No it doesn't matter - its what taste YOU want...no hard and fast rule as to what chocolate you use.

I'd like to try white chocolate ganache...but have no clue what kind or where to buy it?
Honestly - if you can find white cooking chocolate in your supermarket - then buy that - i do however use a 3 to 1 ratio when i make white chocolate ganache,,, as i want it to set up nice and firm.

If I want to do a different filling, do I need to do some sort of damn with the ganache?
Sorry - are you asking that if you wish to fill with say a strawberry BC would you do a ganache dam ?
Hmmmm - i wouldn't think so
But then we here in Australia only ever use Ganache as a filling on its own - can't imagine using two fillings at once - Ganache is a filling on its own - as well as a crumb coat.... you don't want to overload your customers/guests tastebuds by using two fillings...


All those questions come to mind and that's when I "chicken" up again! So that is why so far...No ganache for me! icon_redface.gif But hopefully one day! icon_rolleyes.gif
Ok chicken - jump down from the perch and start making ganache - honestly, its sooooo easy - once made and used you will never go back to a BC fill.

Disclaimer - when i called you Chicken in the above paragraph - i didn't mean it in a condescending manner - but as *hello chicken* = hello petal - hello friend....= hello fellow CCer.

Bluehue


tapedshut.gif

Pearl645 Posted 2 Aug 2012 , 1:26am
Quote:
Originally Posted by Bluehue

Never be scared of chocolate and cream - they don't bite icon_wink.gif

Use one part cream to two parts chocolate.

Melt your chocolate in the microwave....in 30 second intervals - stirring each time.
When all melted and well stirred - it will be a glossy moulten delight.

Bring your cream to the boil -

Carefully add your boiled cream to your melted chocolate....stirring - stirring - stirring - stirring...until all combined.

Set aside and leave overnight to *set up*

Next day - pop in microwave and in 30 second intervals - let it start to melt until it becomes like peanut butter.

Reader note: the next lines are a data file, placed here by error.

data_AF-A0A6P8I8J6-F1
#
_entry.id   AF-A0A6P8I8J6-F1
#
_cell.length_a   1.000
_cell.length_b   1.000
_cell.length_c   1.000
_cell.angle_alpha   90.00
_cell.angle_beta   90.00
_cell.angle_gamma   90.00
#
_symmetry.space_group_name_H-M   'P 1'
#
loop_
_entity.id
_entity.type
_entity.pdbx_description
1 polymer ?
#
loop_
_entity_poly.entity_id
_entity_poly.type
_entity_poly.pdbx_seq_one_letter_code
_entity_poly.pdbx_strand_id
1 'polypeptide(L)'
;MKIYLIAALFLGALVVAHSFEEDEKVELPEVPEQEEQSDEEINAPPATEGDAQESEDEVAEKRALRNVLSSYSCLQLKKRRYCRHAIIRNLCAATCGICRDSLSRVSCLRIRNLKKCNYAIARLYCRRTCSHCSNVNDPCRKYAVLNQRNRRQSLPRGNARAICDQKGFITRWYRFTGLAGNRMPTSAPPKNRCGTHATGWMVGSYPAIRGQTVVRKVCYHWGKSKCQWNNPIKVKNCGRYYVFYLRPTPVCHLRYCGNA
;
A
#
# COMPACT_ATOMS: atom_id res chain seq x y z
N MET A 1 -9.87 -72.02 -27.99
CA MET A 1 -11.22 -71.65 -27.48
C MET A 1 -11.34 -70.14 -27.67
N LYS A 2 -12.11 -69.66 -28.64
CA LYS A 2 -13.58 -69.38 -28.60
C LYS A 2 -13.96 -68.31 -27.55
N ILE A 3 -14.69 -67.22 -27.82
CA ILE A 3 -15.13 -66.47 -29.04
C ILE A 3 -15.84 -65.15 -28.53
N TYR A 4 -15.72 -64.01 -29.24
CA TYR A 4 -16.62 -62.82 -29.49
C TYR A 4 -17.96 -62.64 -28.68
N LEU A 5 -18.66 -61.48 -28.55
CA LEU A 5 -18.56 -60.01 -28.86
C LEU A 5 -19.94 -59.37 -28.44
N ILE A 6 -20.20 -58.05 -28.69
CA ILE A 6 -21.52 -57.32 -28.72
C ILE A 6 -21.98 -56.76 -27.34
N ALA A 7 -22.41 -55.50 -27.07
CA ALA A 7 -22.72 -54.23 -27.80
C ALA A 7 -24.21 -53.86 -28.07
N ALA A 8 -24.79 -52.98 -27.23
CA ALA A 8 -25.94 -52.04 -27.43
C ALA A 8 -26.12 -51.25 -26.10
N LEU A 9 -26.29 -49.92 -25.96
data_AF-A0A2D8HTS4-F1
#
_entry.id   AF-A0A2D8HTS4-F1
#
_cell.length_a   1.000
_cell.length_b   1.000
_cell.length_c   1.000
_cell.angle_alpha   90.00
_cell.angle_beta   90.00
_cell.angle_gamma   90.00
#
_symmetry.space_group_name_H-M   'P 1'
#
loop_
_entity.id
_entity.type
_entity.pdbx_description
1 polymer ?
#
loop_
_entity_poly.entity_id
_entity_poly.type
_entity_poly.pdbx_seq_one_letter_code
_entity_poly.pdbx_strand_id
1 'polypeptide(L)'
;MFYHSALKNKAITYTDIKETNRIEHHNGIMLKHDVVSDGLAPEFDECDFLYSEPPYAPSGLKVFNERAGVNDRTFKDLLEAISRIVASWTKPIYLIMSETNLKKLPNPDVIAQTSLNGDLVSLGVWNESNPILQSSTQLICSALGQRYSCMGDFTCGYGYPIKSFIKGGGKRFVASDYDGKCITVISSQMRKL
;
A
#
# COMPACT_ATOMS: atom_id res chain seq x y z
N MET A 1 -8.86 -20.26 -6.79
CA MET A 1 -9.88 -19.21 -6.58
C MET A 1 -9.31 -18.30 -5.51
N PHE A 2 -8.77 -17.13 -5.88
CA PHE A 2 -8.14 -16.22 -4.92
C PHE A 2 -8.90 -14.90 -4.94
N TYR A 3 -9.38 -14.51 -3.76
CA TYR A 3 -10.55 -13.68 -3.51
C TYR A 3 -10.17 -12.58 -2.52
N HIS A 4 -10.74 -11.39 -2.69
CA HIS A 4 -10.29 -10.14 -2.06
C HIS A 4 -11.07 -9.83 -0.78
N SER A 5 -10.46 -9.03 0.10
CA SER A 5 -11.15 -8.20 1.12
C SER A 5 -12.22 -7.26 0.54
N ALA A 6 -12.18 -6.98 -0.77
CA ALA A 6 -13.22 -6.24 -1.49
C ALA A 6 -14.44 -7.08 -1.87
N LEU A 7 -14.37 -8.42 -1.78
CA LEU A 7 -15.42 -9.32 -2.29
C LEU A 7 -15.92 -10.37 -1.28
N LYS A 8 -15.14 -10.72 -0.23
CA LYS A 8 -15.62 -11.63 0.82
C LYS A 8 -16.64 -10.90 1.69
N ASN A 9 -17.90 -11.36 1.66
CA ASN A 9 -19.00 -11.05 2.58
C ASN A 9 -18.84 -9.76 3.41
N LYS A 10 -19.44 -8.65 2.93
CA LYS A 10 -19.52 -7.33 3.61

Voila - your ganache is ready to use either as a filling or to use as a *crumbcoat*.

We here in Australia have been using it for years - it is far kinder to use in all types of weather...and does not need to be refridgerated once on the cake.

Once your cake is covered in the ganache - set it aside for at least 6 hours - or overnight and it shall firm up - then you are able to cover your cake in fondant with a delicious firm crumbcoat underneath.

You mentioned sugar and butter -
I don't know of any Australians (personally) who add those two ingriediants - The chocolate and cream will make it sweet enough - and all the butter will do is add a gloss to your melted chocolate - which you can obtain by melting slowly and stirring well.
Sure if you are making truffles - but we don't for filling and crumbcoating a cake

Truely - its the method i use 99% of the time - and never had a failiar yet.

Enjoy the expieriance... - your will be very surprised at how eay it is - and delicious at the same time.

If you have any ganache let over - freeze it for up to three months in an airtight container...

Enjoy
Bluehue.




^^ This. No butter. No sugar. I learned from Inspired by Michelle on Youtube.

FromScratchSF Posted 2 Aug 2012 , 2:08am

I have added butter, it makes it more of a frosting consistency. It's pretty tasty.

In the US it does matter what chocolate you use, our chocolate chips are so loaded with chemicals to make sure they don't melt it makes it really hard to make ganache without lunps. That's why so many people have trouble making it. It's the wrong kind of chocolate!

srkmilklady Posted 2 Aug 2012 , 2:30am
Quote:
Originally Posted by Bluehue



Disclaimer - when i called you Chicken in the above paragraph - i didn't mean it in a condescending manner - but as *hello chicken* = hello petal - hello friend....= hello fellow CCer.